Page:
Tuesday, January 13, 2009

Heinlein called the "Moon a Harse Mistress". Bova has explored Mars environment. Mars is not like Earth for this Mission; Moon was just a small step.

Earth and its unique life-support characteristics

One such piece of evidence arose recently from an astronomical mission to Mars. A sensitive magnetometer on board the Mars Global Surveyor reported some unexpected results.1 It found that Mars’s magnetic field is, at best, forty thousand times weaker than Earth’s, ten (or more) times lower than the limits established by previous Mars studies.2 With such a weak, or possibly non-existent, magnetic field, the Martian surface has virtually no protection from deadly solar x-rays.
The Global Surveyor magnetometer also found a few “magnetic anomalies” on the Martian surface, rocks containing “relic” magnetic fields.3 The magnetic characteristics of these rocks suggest that Mars has no internal dynamo now but that such a dynamo probably existed long ago when Mars was young. This electromagnetic and geological history represents a solvable puzzle.
Twenty researchers concurred in the solution. Their published reports show that the magnetometer’s findings make sense if Mars’s core contains a relatively small percentage of sulfur. If a planet’s core contains more than 15% sulfur (by mass), a solid inner core can never form. If the quantity (by mass) of sulfur in the core is considerably less than 15%, a solid inner core can form; however it will grow so rapidly that it soon engulfs and freezes out the liquid layers between it and the planet’s mantle and crust. Without a circulating magnetic fluid between the planet’s solid core and mantle, a strong magnetic field will never develop. Without a magnetic field, the planet has no shield to guard it from the sun’s x-ray radiation.
This discovery about Mars’s lack of such shielding certainly impacts any plans for a manned mission to Mars. The dangers, already known to be grave, now seem graver by far. At the same time, this new understanding about the intricacies of magnetic field formation reveals another wonder of Earth.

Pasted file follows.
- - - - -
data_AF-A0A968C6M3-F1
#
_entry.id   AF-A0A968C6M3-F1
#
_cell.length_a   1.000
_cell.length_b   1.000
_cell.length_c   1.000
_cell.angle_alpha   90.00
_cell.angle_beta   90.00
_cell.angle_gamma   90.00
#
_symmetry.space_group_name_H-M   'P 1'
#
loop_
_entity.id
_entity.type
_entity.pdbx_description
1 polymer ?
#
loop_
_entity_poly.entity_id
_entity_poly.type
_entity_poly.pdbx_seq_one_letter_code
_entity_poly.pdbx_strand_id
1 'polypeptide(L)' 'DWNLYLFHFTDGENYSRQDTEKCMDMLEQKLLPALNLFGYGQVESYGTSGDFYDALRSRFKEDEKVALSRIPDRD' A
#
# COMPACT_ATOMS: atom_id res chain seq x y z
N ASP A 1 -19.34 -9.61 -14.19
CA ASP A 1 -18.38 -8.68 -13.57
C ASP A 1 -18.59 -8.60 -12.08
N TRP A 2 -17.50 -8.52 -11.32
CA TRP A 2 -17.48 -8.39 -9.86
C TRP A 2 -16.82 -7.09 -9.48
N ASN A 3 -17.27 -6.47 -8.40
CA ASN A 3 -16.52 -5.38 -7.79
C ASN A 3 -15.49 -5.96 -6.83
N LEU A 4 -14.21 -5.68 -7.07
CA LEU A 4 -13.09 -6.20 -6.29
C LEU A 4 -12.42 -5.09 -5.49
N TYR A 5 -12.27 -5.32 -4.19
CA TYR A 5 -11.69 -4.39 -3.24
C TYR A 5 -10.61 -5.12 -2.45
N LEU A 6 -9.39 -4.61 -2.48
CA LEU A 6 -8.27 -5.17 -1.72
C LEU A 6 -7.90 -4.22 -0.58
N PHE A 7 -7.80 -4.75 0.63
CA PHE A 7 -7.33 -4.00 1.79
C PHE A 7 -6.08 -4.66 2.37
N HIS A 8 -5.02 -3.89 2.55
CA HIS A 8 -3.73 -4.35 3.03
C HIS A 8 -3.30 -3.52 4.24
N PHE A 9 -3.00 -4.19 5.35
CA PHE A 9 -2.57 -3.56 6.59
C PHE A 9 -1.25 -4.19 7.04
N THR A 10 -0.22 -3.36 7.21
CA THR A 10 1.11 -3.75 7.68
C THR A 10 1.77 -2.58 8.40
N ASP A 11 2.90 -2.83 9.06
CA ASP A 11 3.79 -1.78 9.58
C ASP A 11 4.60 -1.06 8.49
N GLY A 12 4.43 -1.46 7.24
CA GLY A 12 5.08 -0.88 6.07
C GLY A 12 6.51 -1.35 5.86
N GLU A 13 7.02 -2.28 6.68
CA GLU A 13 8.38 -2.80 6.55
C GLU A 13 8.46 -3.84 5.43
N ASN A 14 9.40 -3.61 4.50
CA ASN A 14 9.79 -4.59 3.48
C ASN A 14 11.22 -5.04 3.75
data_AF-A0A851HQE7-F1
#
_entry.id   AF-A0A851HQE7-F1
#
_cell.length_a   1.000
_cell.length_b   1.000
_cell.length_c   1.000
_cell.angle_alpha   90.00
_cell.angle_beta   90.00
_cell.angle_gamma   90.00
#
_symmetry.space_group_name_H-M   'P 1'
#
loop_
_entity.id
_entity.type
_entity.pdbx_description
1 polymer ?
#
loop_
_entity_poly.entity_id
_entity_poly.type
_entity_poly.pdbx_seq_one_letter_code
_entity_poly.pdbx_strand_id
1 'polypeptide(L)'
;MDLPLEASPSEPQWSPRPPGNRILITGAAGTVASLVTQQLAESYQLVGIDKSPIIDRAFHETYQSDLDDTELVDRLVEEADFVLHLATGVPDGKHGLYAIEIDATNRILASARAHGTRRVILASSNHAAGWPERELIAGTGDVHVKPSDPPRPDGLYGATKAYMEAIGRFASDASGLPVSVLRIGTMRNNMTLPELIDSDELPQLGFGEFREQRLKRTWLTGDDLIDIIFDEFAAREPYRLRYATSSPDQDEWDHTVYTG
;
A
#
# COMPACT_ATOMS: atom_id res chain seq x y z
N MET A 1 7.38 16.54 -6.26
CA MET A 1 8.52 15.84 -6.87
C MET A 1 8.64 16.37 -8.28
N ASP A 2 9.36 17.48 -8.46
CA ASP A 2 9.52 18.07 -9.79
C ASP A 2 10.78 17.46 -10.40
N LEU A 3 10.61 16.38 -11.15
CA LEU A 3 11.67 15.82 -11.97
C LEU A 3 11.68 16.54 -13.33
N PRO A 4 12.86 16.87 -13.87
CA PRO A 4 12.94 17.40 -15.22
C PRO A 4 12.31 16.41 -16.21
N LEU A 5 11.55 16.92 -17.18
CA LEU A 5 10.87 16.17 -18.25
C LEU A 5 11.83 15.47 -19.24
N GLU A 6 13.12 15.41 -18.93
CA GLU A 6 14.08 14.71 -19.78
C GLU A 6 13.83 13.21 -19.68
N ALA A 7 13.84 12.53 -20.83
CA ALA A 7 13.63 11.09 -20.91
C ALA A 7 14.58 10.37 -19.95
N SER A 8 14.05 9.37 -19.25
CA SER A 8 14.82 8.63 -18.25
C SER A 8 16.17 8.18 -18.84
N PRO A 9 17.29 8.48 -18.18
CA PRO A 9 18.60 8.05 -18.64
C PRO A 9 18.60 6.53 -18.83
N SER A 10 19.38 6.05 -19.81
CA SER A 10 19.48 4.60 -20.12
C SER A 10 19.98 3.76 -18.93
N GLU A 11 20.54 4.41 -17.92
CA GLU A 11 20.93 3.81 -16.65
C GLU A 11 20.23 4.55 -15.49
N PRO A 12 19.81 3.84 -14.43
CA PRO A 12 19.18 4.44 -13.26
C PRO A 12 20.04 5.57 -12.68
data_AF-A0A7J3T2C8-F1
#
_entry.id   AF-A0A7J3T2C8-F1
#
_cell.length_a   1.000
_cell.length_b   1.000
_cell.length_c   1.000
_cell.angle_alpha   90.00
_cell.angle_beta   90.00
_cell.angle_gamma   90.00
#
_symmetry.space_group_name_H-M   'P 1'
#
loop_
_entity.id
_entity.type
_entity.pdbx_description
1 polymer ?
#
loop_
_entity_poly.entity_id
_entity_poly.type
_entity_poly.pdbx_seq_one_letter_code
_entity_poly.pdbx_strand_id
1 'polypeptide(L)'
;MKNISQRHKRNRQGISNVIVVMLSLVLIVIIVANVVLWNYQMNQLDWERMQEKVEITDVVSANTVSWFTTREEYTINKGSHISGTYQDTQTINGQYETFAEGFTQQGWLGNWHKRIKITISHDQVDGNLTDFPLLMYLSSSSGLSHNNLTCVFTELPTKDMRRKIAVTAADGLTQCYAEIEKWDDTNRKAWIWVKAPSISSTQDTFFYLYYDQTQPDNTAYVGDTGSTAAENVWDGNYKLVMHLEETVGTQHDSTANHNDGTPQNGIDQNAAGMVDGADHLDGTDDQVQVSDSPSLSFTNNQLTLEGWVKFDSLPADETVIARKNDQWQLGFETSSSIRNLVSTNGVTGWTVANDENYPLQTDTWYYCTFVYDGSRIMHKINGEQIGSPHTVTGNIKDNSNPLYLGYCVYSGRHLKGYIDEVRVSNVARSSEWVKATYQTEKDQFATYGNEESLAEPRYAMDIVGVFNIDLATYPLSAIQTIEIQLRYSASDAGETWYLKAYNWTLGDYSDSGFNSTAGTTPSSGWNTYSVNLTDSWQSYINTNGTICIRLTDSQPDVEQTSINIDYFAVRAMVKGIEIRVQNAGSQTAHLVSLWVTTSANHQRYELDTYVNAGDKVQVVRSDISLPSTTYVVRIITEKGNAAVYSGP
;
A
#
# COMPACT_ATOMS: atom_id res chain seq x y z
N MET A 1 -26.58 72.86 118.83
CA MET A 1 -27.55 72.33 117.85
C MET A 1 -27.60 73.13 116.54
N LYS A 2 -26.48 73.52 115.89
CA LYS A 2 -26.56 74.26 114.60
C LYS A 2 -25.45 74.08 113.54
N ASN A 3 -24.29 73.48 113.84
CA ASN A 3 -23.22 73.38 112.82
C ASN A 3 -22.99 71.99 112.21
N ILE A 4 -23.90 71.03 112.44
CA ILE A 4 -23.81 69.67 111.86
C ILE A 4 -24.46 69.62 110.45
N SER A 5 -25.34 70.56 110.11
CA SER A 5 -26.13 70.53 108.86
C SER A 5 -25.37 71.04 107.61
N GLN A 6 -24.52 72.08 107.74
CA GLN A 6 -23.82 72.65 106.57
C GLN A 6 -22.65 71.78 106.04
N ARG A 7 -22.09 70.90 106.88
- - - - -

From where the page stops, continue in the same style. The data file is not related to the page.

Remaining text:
Life can exist on Earth because Earth has a strong, stable magnetic field. This field’s strength and stability are determined, in part, by the abundance of sulfur in Earth’s core. Remarkably, this abundance is “just right” for life, as are all the other characteristics that go into formation of a life-protective, magnetic-field-producing dynamo, one that shields life not just for a short time but for a few billion years.

M. H. Acuna, et al, “Magnetic Field and Plasma Observations at Mars: Initial Results of the Mars Global Surveyor Mission,” Science, 279 (1998), pp. 1676-1680.

OK. What do we have our Chemistry and Biology Students working on for this Mission? Energy Sources?

Light-powered bacterial enzyme that releases hydrogen from water could lead the way to new strategies for generating the energy-rich gas.
The lack of low-cost ways to create hydrogen gas is one of the main barriers to the dream of economies fuelled by hydrogen not oil. A class of enzymes called hydrogenases are used by organisms to convert hydrogen ions to hydrogen gas during anaerobic - without oxygen - respiration. These enzymes have long interested chemists searching for alternatives to existing, expensive, platinum-catalysed hydrogen generation.
Hydrogenase Problem
The metal-containing enzymes are all crippled in varying degrees by the presence of oxygen and are also damaged by the very hydrogen they produce. That makes them difficult and expensive to use on industrial scales, says chemist Erwin Reisner, at Oxford University in the UK.
Bacterial gift
Now Reisner and colleague Fraser Armstrong have shown that a newly discovered bacterial hydrogenase is much more resistant to both gases.
The nickel, iron and selenium-rich enzyme, first isolated by Juan Fontecilla-Camps at the University of Joseph Fourier in Grenoble, France, is produced by a sulphate-reducing bacterium.
Its efficiency is unaffected by the presence of hydrogen gas, and it continues to work even if the surrounding air contains 1% oxygen by volume - ordinarily even a few parts per million of oxygen would block hydrogenase activity.
The new enzyme also binds strongly to titanium dioxide nanoparticles, making it easy to produce a kind of light-powered, hydrogen-generating dust.
'Promising trial'
The dust particles are each attached both to the enzyme and to light-absorbing dye molecules that are used in some solar cells.